Keep waterfront land in Mukilteo’s hands l Guest View

By Emery Cole, Former Mayor of Mukilteo | Oct 24, 2018

In the early 1990s the federal government announced it would abandon the former national defense fuel tank farm property that occupied 20 acres of waterfront land in Old Town Mukilteo.

When the government decides to surplus land, there are three entities that are granted primary right of acquisition under federal statute (Port Districts, Homeless Agencies, and Native American Tribes). The city of Mukilteo decided the Port of Everett would be the right partner and did not pursue engaging the other two alternatives.

After several years of environmental cleanup of the tank farm site, the Port of Everett, as lead agency, delivered over a majority of the land to the Washington State Department of Transportation (WSDOT) for a new ferry terminal.

In the process, the Tulalip Tribes were given two acres of the land. Today, it appears the major beneficiary of Mukilteo’s waterfront redevelopment is Whidbey Island residents and commuters. Mukilteo ends up with a narrow “ribbon” of land for a waterfront promenade for limited public enjoyment and some access to the beach with little public parking available.

I just found out that there is a Memorandum of Understanding (MOU) under consideration between the South Whidbey Island Port District (SWPD), Port of Everett, and Tulalip Tribes to allow the SWPD to lease the two acres of Tribal land to create a commuter parking lot.

I recently brought this to the attention of the Mukilteo City Council but have had no contact in return. I think it would be a travesty to lose any more waterfront land that would not directly benefit the citizens of Mukilteo and the surrounding community.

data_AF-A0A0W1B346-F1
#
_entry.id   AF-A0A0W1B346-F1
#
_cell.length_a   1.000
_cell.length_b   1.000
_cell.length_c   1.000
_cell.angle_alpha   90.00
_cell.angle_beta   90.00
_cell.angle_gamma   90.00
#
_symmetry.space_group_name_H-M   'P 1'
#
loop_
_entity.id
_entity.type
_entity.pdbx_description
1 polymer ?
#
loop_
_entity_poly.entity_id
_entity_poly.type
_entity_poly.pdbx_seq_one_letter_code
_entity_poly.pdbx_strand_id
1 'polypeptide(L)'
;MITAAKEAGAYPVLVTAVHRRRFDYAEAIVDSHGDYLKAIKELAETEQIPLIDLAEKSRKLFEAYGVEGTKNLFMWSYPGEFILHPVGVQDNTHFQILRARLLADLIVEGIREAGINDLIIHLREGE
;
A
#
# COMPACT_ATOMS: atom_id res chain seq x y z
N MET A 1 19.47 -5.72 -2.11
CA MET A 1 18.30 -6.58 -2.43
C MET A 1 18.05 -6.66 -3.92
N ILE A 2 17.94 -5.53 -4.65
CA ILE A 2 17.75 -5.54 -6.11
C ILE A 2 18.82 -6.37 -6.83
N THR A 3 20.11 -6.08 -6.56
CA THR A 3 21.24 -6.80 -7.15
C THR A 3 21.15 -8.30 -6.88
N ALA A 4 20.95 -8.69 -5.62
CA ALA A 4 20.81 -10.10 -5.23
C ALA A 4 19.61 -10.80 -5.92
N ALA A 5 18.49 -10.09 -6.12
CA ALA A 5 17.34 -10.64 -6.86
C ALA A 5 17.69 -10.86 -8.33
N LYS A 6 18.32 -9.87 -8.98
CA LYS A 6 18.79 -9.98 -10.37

The two acres of Tribal land should be used for additional public access and recreation for the benefit of the local community and the city of Mukilteo should aggressively try to stop any effort between SWPD, Port of Everett and Tulalip Tribes to create more commuter parking on the waterfront.

The current waterfront plan depicts a significant section of land for a WSDOT employee vehicle parking lot with some transportation amenities (buses, van pools) east of the ferry holding lanes configuration. Why couldn’t the existing holding area be used for WSDOT employee vehicles instead of prime waterfront land? There is also speculation that traffic coming from the limited Sounder parking lot will possibly end up using the Baker Street BNSF railroad crossing and Mukilteo Lane, which is a narrow sub-standard street used by many local walkers, joggers and cyclists.

I would encourage the current city administration to start a dialogue with the Tulalip Tribes to attempt to get some additional public parking and recreational opportunities on the land awarded them. A public park with waterfront access for recreational watercraft (paddle boards, kayaks, wind surfers, etc), fishermen, scuba divers and picnickers would be a reasonable accommodation for Mukilteo and surrounding communities for greater waterfront access. Maybe the city and the Port of Everett together could explore getting grants to purchase or lease the land from the Tribes.

If the Tribes aren’t interested in leasing or selling the land to Mukilteo, then maybe they would see logic in partnering to make the land benefit Mukilteo since I believe Mukilteo has generally been held in high regard historically by Native American Puget Sound Tribes.

Perhaps more public parking could be created and the perimeter areas could contain Native American interpretive kiosks and totems to acknowledge the historical significance of the area.  And perhaps the Port of Everett could be called upon to build two “T” piers in the area as opposed to the single pier depicted in the current plan.

I would encourage the Mukilteo administration and City Council to try and include some money in the 2019 budget to hire a lobbyist/consultant to assist in developing and implementing a plan before all is lost.



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